Video Transcript

MARY PAT KING: There's a difference between telling and tattling.  And with my son he really gets that, to tell on someone is when someone's going to hurt themselves or you see that there's danger. But to tattle is when you're trying to get someone in trouble.  And we've really created that conversation of,  "This is when you need to tell me."

KEVIN EPLING: Telling a child who a trusted adult is someone that they feel comfortable with.  I mean, maybe "trusted" is really pushing that, but they have to be comfortable enough that when they go and they talk to this person, they're going to do something.  I always tell students that they really shouldn't get directly involved in a physical altercation.  They need to go and they need to tell somebody.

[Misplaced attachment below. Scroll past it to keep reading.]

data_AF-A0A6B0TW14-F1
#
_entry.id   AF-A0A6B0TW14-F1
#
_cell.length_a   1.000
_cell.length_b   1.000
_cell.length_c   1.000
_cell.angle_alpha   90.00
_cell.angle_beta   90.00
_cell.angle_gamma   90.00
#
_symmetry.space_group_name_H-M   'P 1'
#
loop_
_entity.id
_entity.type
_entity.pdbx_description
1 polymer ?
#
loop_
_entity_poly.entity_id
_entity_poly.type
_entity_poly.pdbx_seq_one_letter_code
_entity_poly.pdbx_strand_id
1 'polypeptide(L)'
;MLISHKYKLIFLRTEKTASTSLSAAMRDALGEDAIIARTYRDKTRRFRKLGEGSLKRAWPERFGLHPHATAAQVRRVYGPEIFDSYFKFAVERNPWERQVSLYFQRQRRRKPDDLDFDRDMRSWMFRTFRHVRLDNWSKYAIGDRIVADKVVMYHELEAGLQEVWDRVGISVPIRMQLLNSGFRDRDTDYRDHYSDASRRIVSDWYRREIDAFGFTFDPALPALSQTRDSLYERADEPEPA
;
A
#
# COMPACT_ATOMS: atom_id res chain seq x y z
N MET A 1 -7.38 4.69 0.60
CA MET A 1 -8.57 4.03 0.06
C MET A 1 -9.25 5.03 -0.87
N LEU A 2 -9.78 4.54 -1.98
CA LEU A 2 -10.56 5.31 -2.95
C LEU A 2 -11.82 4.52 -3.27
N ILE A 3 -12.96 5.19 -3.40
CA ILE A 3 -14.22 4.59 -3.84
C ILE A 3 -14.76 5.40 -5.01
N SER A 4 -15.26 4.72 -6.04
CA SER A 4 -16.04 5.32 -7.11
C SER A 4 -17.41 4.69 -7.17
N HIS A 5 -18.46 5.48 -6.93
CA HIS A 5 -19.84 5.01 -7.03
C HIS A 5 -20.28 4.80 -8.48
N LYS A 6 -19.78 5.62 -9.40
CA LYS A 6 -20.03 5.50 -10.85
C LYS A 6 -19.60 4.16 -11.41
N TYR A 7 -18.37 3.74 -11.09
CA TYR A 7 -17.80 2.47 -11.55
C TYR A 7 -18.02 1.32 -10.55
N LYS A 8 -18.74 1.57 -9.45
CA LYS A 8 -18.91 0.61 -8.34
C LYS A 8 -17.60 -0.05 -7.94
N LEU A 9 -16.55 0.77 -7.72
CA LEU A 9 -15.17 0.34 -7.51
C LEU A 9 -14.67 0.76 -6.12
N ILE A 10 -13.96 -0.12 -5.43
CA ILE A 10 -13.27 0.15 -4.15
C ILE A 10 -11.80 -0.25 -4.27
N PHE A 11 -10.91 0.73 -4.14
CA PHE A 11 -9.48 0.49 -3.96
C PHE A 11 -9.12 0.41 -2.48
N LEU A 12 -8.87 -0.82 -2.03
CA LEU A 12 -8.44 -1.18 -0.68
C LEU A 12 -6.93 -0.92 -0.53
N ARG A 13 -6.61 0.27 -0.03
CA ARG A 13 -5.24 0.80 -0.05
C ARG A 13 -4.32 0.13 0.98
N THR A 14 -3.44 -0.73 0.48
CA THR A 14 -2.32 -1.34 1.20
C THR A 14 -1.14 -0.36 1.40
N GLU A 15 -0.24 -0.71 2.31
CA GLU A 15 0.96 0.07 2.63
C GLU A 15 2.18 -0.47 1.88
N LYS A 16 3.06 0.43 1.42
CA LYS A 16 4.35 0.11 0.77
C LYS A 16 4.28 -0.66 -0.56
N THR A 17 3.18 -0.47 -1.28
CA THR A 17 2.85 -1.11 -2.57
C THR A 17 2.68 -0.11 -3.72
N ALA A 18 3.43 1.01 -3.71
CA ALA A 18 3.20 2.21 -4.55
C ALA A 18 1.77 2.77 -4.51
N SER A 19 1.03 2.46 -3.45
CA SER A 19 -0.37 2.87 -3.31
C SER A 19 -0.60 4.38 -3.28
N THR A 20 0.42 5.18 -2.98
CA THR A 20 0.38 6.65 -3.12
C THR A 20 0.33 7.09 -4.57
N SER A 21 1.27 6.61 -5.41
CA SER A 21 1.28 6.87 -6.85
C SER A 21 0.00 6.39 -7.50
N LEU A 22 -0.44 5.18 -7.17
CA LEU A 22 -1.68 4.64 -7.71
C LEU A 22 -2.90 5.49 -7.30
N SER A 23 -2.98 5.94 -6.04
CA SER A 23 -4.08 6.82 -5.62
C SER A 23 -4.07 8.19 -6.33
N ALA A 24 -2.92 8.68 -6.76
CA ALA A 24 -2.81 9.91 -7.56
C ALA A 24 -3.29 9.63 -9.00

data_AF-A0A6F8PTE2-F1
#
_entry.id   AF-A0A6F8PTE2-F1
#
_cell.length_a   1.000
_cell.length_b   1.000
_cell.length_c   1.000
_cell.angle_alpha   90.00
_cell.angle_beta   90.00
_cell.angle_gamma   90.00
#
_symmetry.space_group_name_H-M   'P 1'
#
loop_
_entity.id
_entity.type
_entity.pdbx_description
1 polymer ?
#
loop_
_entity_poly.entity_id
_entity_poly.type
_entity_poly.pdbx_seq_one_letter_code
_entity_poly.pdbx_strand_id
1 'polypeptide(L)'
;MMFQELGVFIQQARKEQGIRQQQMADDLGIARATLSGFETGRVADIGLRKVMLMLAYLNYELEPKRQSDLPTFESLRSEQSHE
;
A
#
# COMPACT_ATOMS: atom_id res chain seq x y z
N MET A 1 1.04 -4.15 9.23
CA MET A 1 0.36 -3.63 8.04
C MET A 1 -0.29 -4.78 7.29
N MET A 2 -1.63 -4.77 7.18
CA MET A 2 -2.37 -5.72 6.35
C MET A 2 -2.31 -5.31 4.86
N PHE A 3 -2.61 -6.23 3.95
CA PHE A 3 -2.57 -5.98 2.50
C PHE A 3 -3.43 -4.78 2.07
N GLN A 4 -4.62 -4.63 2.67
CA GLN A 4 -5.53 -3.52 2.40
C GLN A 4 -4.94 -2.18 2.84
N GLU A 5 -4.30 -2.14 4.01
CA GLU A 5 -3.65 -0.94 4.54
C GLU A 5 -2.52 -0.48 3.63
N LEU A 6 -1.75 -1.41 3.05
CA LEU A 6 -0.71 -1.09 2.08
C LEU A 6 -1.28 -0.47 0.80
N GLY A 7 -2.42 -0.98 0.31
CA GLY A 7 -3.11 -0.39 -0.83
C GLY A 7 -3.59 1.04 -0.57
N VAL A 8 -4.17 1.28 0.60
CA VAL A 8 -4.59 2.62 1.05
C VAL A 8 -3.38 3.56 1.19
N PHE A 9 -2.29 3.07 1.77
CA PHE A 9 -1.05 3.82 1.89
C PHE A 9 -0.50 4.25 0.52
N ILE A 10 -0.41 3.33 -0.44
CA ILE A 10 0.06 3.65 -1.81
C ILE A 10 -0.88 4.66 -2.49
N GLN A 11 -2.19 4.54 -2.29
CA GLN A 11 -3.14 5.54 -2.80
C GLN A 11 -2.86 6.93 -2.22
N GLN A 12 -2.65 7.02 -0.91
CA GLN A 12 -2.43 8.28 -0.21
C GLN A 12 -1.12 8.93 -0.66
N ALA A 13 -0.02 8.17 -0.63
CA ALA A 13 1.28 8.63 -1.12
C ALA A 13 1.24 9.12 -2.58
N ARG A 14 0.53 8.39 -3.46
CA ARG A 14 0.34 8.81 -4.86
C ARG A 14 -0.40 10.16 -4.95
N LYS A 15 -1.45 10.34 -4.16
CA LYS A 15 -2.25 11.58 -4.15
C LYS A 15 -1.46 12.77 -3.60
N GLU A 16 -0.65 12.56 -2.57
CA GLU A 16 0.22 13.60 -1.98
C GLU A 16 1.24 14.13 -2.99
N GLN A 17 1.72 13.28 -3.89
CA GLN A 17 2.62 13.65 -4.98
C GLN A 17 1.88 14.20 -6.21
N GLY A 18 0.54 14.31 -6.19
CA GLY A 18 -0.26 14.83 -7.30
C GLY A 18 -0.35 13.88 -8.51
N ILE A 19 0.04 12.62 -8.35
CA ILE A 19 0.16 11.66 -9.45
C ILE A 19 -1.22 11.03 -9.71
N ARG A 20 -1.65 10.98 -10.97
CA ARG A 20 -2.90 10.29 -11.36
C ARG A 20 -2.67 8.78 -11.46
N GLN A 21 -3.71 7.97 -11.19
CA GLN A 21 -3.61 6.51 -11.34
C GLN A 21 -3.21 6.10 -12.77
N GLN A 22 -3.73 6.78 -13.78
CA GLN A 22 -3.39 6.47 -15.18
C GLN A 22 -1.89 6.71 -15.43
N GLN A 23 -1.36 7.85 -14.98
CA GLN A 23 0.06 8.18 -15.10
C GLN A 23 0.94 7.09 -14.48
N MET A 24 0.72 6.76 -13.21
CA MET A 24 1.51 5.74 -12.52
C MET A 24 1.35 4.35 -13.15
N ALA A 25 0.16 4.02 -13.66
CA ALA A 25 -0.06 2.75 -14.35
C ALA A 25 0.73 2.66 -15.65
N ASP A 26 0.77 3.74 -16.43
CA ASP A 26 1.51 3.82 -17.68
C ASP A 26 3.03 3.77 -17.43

MARY PAT KING: Parents have to open up communication with their child in a way that's safe, that allows their child to come to them when they feel like something's wrong or they feel themselves bullied.  If they keep seeing something happen over and over again and they don't know who to tell in the school or they don't feel like they've been listened to, well, tell your parents and have them at least be part of the brainstorm of "how do I solve this problem in my school."  Maybe the parents never get involved in the solution, but they can help with that brainstorm.  To truly help address the problem, and to do it in a productive way that results in a family-school partnership that really works toward improving the problem, both for your child and for every child.